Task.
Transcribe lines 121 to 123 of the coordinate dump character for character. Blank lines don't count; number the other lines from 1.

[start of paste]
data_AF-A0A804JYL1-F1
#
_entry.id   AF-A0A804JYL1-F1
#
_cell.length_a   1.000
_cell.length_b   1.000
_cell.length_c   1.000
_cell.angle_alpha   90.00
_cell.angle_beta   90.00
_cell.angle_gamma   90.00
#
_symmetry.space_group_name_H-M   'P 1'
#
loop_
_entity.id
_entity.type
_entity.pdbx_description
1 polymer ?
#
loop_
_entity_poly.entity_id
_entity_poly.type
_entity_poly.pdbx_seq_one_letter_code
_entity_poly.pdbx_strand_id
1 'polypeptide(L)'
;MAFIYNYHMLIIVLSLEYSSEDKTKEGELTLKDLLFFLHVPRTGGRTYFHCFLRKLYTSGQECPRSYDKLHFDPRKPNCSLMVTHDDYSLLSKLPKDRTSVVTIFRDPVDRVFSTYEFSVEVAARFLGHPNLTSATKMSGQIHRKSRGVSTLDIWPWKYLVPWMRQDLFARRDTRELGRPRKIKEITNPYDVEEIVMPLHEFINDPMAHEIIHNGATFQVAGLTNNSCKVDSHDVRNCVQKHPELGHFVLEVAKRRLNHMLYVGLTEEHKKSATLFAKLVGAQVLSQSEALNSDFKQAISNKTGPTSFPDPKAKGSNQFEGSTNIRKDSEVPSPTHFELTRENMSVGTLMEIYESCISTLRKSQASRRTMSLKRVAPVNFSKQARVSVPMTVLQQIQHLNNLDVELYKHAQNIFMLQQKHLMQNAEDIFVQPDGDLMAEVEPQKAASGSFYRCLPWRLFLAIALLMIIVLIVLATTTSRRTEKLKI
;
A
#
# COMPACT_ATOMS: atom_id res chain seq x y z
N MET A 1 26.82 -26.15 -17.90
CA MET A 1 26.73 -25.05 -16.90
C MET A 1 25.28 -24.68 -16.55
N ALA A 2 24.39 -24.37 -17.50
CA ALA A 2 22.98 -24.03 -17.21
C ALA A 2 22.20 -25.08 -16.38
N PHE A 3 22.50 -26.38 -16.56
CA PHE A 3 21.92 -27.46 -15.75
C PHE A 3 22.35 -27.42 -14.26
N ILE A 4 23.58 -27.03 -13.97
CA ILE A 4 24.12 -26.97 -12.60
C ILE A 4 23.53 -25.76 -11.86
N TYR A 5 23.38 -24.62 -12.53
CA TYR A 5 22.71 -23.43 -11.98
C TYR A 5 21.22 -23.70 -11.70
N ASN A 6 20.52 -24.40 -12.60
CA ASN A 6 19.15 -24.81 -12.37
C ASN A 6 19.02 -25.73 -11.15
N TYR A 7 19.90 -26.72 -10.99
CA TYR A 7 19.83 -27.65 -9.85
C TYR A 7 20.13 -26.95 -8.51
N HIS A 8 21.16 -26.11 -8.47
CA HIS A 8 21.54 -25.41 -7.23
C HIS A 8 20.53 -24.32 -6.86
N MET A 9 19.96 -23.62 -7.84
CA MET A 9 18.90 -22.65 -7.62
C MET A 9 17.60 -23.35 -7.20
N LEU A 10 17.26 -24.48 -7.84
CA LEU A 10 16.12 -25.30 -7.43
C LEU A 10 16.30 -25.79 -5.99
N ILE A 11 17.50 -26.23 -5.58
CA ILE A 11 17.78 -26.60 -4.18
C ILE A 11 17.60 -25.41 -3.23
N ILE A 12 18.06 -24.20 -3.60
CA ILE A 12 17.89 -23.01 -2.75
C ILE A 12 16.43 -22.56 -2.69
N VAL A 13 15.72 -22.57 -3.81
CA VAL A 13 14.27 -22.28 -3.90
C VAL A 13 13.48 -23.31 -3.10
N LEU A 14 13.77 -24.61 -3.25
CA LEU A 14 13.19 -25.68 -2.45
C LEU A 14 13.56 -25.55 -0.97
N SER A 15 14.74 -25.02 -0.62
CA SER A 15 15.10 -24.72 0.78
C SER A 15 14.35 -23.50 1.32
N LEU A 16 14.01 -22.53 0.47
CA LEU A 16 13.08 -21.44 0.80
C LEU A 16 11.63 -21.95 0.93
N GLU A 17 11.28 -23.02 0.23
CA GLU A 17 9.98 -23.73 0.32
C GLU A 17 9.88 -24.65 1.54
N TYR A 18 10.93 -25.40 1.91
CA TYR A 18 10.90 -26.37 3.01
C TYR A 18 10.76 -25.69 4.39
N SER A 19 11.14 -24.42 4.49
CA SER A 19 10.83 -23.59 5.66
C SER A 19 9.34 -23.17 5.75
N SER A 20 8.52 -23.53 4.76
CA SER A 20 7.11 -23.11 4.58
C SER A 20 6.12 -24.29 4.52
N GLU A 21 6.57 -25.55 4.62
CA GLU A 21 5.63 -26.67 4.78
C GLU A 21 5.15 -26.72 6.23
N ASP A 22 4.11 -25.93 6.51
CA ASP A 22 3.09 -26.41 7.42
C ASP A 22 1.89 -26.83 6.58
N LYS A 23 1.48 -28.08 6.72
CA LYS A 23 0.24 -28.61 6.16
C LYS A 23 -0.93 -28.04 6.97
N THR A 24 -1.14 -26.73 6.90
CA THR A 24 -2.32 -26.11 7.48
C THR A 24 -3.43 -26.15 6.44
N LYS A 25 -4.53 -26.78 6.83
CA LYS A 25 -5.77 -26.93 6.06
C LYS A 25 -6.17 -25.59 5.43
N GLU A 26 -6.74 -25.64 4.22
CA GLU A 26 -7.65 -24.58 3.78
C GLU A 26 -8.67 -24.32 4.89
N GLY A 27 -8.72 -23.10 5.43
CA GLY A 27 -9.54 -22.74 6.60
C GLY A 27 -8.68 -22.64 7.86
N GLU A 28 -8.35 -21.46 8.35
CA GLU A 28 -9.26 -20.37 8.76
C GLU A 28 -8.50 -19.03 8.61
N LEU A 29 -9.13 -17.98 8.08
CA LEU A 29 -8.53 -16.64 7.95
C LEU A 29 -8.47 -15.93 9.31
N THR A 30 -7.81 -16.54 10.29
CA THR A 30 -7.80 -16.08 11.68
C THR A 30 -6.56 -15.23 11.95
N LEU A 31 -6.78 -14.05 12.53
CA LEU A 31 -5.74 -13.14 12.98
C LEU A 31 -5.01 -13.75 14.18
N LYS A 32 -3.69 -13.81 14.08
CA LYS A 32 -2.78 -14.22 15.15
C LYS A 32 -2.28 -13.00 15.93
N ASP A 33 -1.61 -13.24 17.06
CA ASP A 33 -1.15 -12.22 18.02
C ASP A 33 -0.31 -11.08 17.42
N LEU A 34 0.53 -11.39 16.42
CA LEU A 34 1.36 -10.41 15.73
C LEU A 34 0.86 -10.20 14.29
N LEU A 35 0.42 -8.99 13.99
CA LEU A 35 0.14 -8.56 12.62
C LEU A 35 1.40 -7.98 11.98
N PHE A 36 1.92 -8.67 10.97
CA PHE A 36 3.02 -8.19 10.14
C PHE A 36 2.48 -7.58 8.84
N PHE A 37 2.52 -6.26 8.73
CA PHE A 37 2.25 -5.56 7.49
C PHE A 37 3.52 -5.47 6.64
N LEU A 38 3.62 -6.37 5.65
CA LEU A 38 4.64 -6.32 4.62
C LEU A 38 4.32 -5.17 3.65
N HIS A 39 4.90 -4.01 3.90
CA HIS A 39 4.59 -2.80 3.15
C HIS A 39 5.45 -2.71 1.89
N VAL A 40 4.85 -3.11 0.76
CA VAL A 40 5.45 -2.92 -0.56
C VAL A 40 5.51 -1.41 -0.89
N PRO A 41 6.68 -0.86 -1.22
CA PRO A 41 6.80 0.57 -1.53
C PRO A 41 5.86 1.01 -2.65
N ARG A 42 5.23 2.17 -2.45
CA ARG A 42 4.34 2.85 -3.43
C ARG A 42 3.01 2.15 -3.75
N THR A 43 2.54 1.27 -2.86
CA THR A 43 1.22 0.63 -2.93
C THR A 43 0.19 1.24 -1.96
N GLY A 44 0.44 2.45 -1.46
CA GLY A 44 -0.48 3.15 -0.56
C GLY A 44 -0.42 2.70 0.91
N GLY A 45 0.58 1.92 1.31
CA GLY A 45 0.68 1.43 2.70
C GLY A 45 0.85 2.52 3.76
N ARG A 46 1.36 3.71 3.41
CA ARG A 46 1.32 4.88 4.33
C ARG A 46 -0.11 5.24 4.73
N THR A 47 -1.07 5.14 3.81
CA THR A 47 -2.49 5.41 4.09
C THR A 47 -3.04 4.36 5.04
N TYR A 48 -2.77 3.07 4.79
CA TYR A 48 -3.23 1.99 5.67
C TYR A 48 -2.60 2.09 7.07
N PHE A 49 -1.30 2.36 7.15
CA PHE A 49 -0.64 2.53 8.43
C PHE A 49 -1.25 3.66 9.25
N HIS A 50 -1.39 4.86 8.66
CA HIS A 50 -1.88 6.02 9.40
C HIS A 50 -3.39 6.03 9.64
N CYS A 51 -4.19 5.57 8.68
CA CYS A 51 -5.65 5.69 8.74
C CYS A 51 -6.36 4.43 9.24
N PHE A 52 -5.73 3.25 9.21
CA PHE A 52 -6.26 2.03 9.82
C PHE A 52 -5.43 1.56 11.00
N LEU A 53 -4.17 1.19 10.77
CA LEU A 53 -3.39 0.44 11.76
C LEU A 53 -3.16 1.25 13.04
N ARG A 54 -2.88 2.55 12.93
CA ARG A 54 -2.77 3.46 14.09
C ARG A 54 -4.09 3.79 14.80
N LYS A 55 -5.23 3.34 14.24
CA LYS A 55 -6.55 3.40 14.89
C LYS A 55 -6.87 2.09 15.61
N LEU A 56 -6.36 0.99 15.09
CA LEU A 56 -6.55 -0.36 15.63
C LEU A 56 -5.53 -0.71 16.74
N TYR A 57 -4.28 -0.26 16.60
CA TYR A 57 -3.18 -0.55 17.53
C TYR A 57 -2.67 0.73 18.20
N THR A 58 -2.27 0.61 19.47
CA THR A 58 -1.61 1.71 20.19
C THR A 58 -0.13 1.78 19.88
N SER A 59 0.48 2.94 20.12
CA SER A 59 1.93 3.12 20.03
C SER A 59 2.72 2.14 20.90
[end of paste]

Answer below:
N LEU A 31 -6.78 -14.05 12.53
CA LEU A 31 -5.74 -13.14 12.98
C LEU A 31 -5.01 -13.75 14.18